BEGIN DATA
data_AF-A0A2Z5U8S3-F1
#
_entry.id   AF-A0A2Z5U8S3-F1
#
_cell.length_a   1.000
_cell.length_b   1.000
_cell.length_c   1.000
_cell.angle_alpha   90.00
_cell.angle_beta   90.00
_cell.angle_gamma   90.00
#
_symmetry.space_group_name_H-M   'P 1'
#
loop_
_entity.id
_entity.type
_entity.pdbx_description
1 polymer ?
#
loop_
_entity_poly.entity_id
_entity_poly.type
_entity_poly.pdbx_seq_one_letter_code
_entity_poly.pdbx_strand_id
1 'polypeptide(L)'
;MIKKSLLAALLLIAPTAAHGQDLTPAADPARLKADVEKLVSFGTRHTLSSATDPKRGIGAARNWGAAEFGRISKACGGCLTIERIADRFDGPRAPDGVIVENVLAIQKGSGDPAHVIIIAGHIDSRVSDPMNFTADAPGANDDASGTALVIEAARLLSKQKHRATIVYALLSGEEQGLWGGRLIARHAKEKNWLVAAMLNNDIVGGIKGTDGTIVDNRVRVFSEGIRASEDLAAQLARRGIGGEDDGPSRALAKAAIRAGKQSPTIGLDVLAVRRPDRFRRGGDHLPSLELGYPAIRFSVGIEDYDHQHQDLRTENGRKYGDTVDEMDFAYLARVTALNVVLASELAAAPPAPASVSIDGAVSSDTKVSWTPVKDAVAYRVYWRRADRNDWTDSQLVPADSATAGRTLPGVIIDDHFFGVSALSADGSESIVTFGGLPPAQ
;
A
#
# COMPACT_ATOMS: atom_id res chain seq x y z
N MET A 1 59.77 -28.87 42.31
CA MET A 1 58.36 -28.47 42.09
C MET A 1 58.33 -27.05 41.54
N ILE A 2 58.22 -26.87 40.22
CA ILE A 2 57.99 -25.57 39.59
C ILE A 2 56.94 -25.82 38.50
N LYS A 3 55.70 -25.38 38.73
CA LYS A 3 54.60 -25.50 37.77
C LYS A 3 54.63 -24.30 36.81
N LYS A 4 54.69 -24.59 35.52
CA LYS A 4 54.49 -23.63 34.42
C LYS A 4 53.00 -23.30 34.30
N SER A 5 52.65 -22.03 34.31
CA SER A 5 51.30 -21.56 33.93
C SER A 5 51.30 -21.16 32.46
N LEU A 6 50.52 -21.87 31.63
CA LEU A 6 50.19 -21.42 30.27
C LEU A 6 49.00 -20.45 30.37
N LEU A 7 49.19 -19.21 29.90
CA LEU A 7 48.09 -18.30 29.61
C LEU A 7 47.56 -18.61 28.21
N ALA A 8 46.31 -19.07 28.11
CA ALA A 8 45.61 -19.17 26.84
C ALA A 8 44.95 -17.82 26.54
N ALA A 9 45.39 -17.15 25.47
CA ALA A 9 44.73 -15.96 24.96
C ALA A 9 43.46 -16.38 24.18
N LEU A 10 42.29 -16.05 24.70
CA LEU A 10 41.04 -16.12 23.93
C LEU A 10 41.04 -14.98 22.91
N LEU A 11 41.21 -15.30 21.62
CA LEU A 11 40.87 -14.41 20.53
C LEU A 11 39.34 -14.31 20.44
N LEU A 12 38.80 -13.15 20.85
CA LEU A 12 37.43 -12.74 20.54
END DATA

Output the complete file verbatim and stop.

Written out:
data_AF-A0A2Z5U8S3-F1
#
_entry.id   AF-A0A2Z5U8S3-F1
#
_cell.length_a   1.000
_cell.length_b   1.000
_cell.length_c   1.000
_cell.angle_alpha   90.00
_cell.angle_beta   90.00
_cell.angle_gamma   90.00
#
_symmetry.space_group_name_H-M   'P 1'
#
loop_
_entity.id
_entity.type
_entity.pdbx_description
1 polymer ?
#
loop_
_entity_poly.entity_id
_entity_poly.type
_entity_poly.pdbx_seq_one_letter_code
_entity_poly.pdbx_strand_id
1 'polypeptide(L)'
;MIKKSLLAALLLIAPTAAHGQDLTPAADPARLKADVEKLVSFGTRHTLSSATDPKRGIGAARNWGAAEFGRISKACGGCLTIERIADRFDGPRAPDGVIVENVLAIQKGSGDPAHVIIIAGHIDSRVSDPMNFTADAPGANDDASGTALVIEAARLLSKQKHRATIVYALLSGEEQGLWGGRLIARHAKEKNWLVAAMLNNDIVGGIKGTDGTIVDNRVRVFSEGIRASEDLAAQLARRGIGGEDDGPSRALAKAAIRAGKQSPTIGLDVLAVRRPDRFRRGGDHLPSLELGYPAIRFSVGIEDYDHQHQDLRTENGRKYGDTVDEMDFAYLARVTALNVVLASELAAAPPAPASVSIDGAVSSDTKVSWTPVKDAVAYRVYWRRADRNDWTDSQLVPADSATAGRTLPGVIIDDHFFGVSALSADGSESIVTFGGLPPAQ
;
A
#
# COMPACT_ATOMS: atom_id res chain seq x y z
N MET A 1 59.77 -28.87 42.31
CA MET A 1 58.36 -28.47 42.09
C MET A 1 58.33 -27.05 41.54
N ILE A 2 58.22 -26.87 40.22
CA ILE A 2 57.99 -25.57 39.59
C ILE A 2 56.94 -25.82 38.50
N LYS A 3 55.70 -25.38 38.73
CA LYS A 3 54.60 -25.50 37.77
C LYS A 3 54.63 -24.30 36.81
N LYS A 4 54.69 -24.59 35.52
CA LYS A 4 54.49 -23.63 34.42
C LYS A 4 53.00 -23.30 34.30
N SER A 5 52.65 -22.03 34.31
CA SER A 5 51.30 -21.56 33.93
C SER A 5 51.30 -21.16 32.46
N LEU A 6 50.52 -21.87 31.63
CA LEU A 6 50.19 -21.42 30.27
C LEU A 6 49.00 -20.45 30.37
N LEU A 7 49.19 -19.21 29.90
CA LEU A 7 48.09 -18.30 29.61
C LEU A 7 47.56 -18.61 28.21
N ALA A 8 46.31 -19.07 28.11
CA ALA A 8 45.61 -19.17 26.84
C ALA A 8 44.95 -17.82 26.54
N ALA A 9 45.39 -17.15 25.47
CA ALA A 9 44.73 -15.96 24.96
C ALA A 9 43.46 -16.38 24.18
N LEU A 10 42.29 -16.05 24.70
CA LEU A 10 41.04 -16.12 23.93
C LEU A 10 41.04 -14.98 22.91
N LEU A 11 41.21 -15.30 21.62
CA LEU A 11 40.87 -14.41 20.53
C LEU A 11 39.34 -14.31 20.44
N LEU A 12 38.80 -13.15 20.85
CA LEU A 12 37.43 -12.74 20.54